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Band name legality, US and Europe

Discussion in 'Studio Lounge' started by jkimbrell, Dec 5, 2010.

  1. jkimbrell

    jkimbrell Active Member

    Dec 5, 2010
    Hey all,

    I have a band, and I want to register the name so I own the rights. Everything is clear in terms of US Trademark registration, ASCAP.com and BMI.com, and bandname.com registrations. The name is not registered there.

    But, 2 bands, aside from us, are using the name on myspace. They do not appear to be active, however. One is in California, the other in Germany.

    I want to register the name in the US, as well as in Europe, because I am an American living in Norway.

    What am I allowed to do?
  2. natural

    natural Active Member

    Jul 21, 2006
    At some point, a lawyer is going to be involved. Get them involved now. They might have options that you/we would never have thought of, especially when it comes to international law.
  3. dvdhawk

    dvdhawk Moderator Resource Member

    Dec 18, 2008
    Western Pennsylvania, USA
    Hi, welcome to RO.

    **disclaimer - I'm not a lawyer, you should find one as natural suggests.

    Below are some legal situations I have personally discussed with friends who are on one end or the other of each of these situations.

    I remember a show I was working crew at the local university in the early 90's when a nationally known band came through. They were collecting print ads and any other press they could find related to the show. It was to help establish the extent that their (somewhat common) name is part of their stock and trade.

    You may not be able to do what you want to do, unless/until you can prove you were indisputably the first, the most recognizable, and/or, are a dominant worldwide enterprise for an extended period of time, crushing all others. Which is what they were trying to do. At which point your lawyer would send them a threatening letter telling them to 'cease and desist' using that name. At which point they would fight it, or add another word that makes them unique again. [ever been to NY and seen Ray's Pizza, and Original Ray's Pizza, and Famous Ray's Pizza, and Original Famous Ray's Pizza?]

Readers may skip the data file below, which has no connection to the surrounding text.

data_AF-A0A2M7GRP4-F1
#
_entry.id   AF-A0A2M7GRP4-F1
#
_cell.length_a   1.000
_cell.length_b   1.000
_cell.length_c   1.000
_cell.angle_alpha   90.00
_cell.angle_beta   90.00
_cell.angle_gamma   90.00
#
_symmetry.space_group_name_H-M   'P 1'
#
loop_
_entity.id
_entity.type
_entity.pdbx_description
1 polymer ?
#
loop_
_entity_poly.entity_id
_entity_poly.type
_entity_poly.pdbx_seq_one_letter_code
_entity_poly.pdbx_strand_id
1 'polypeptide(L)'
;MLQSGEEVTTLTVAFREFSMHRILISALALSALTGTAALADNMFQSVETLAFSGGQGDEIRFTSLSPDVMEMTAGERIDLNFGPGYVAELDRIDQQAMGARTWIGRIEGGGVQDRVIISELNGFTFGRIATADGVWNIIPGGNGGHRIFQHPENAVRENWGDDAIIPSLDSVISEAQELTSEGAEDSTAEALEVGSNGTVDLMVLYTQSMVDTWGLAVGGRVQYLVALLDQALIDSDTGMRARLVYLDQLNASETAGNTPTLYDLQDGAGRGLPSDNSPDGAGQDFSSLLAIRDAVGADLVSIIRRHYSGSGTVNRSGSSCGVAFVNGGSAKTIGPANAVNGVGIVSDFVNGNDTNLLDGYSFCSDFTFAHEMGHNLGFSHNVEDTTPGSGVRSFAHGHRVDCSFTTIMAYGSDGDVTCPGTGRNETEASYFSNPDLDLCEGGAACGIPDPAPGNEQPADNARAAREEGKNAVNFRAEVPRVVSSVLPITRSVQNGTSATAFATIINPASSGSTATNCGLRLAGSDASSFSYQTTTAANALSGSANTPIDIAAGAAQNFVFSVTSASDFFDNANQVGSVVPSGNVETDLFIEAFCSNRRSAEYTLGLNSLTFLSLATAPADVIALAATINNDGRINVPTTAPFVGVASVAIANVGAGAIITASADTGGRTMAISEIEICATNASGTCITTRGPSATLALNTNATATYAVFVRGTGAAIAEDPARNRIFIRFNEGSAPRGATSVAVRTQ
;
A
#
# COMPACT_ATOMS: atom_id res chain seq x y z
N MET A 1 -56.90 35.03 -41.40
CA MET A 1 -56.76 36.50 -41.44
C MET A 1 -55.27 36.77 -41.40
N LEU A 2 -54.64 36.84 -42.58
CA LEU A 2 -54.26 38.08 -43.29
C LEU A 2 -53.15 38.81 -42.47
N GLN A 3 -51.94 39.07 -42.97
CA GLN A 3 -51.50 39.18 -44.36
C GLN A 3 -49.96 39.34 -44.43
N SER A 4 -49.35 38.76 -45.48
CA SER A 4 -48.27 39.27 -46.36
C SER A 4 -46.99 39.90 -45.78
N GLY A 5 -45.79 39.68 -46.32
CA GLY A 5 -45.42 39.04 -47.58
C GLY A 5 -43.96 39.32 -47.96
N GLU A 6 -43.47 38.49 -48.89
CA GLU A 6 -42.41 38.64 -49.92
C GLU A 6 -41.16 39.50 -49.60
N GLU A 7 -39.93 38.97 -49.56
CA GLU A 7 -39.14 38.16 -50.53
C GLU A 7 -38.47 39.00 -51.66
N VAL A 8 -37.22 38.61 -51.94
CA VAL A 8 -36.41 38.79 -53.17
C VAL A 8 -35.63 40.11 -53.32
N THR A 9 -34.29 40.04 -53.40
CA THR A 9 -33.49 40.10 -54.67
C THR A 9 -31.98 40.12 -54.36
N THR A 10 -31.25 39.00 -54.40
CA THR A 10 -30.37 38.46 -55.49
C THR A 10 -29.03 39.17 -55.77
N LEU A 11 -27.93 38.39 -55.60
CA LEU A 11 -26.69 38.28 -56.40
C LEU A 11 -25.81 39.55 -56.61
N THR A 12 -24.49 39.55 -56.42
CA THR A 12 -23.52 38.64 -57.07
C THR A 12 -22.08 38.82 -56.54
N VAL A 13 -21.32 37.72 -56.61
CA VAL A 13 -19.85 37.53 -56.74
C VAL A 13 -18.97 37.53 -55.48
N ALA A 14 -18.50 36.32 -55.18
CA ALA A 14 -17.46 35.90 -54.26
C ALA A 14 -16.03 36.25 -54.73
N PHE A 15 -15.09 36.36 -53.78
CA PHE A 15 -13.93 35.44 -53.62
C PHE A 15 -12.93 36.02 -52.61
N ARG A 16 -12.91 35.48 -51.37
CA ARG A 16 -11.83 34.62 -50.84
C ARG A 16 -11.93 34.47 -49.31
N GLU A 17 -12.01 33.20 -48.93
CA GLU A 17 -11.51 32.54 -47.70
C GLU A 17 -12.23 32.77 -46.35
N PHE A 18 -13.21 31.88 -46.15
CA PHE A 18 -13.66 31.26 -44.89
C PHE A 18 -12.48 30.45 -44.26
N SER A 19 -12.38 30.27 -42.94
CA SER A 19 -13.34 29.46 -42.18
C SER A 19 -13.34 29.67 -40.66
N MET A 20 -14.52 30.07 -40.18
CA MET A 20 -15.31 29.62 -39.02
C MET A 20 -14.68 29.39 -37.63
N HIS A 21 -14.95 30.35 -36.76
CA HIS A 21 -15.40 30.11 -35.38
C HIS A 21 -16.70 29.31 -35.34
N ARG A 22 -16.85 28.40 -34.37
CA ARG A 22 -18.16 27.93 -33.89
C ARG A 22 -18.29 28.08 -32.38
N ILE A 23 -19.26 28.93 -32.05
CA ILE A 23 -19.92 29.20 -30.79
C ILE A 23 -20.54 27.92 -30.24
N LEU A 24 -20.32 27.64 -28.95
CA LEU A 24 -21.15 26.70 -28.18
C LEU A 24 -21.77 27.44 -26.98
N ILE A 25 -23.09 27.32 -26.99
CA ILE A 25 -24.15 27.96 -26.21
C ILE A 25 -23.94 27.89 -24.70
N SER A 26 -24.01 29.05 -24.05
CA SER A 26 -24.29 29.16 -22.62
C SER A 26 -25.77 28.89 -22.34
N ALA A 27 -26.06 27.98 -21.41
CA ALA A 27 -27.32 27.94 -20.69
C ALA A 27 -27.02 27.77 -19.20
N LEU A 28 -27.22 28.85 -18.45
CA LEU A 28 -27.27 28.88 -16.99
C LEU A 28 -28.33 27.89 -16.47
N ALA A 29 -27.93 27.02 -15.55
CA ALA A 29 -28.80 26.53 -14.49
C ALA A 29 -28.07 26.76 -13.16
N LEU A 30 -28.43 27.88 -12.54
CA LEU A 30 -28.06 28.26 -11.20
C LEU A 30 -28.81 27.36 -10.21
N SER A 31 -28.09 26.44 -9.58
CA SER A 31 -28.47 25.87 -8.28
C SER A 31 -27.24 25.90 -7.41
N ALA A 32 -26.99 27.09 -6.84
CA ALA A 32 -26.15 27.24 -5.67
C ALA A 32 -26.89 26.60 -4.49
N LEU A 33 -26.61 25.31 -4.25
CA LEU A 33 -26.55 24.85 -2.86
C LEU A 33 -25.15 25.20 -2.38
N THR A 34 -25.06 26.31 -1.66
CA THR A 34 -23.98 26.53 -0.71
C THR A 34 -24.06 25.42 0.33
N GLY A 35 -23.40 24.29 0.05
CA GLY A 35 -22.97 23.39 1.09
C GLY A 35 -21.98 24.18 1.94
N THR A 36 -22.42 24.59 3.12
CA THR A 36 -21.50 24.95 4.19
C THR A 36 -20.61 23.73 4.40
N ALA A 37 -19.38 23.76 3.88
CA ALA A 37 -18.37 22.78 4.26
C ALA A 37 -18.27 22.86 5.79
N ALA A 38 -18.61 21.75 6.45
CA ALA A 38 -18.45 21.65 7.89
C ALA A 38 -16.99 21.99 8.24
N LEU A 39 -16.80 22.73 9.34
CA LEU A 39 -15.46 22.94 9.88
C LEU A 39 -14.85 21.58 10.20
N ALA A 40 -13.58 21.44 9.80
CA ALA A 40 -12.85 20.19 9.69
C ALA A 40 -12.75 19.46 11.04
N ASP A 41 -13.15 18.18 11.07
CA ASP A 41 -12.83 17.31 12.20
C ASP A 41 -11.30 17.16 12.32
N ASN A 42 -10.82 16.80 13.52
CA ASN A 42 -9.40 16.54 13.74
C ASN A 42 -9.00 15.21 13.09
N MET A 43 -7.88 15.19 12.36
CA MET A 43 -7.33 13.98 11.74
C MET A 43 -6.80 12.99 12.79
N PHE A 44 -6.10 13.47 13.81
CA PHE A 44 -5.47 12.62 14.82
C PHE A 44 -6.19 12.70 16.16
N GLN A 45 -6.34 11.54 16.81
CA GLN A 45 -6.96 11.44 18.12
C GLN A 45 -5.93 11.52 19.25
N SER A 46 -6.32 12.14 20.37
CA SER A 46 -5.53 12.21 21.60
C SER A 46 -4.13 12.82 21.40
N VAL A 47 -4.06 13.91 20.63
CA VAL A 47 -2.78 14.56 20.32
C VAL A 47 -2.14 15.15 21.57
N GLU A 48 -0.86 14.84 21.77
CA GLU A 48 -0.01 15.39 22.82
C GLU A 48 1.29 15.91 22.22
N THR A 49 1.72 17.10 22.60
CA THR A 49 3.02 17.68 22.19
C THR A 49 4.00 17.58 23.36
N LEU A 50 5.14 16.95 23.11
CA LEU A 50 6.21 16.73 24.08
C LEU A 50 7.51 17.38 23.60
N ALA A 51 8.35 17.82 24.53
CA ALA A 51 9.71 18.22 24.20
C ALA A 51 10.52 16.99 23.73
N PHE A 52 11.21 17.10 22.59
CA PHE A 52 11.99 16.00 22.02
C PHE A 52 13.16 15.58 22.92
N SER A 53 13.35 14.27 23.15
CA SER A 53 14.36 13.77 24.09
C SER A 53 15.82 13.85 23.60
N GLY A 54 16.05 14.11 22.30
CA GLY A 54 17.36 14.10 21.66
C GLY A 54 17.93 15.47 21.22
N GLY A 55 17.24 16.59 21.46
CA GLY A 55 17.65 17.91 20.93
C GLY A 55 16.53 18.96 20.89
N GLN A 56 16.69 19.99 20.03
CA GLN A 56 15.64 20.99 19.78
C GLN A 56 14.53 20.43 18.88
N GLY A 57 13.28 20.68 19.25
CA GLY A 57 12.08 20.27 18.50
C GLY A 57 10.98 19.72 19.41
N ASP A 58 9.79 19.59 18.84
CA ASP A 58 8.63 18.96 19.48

Since you and the other bands are obviously in the same trade (making music), often times this turns out to be a territorial thing. If the other bands care to contest it (in court), and can prove they are doing business - and are well established under the same name in their region, they are allowed to use the name in their respective areas. You are given the rights in certain places you perform and sell product. They are entitled to use the name, but they obviously cannot use your trademarked logo.

    In your case, free facespace sites would not legitimize the other bands in any way. Even owning the domain names wouldn't really establish anything significant.

    Even when a successful band splits up and there is a dispute over who legally can continue playing under the band's profitable name, it can end up being territorial. The world is full of 'trademark bands', where the record company or publishing company sold the trademark of a band from the past with a couple hits. The band that owns the trademark then tours the 'nostalgia band has-been band circuit' making a nice living from the fame of the other band without anybody that ever played in the original band. Without those legal rights, even the founding members who made the band famous aren't allowed to use that successful name.

    Entertainment law, trademark law are sticky enough. Add the international aspect and it could be a real mess. You may need a lawyer who specializes in international copyright/trademark law.

    One last thing, before you stir up this hornets' nest, you need to be sure you've got your company affairs in order and your personal affairs in order (having done all the appropriate paperwork and paying all the applicable taxes wherever you claim to be an established money-making business venture) - Otherwise you might be opening the door to a world of grief.

    Best of luck! Maybe someone else will contribute some other solutions or good news.

    [How many decades did it take apple records and apple computers to bury the hatchet? - And they weren't even remotely in the same business until iTunes came along - which spurred a whole new batch of lawsuits]

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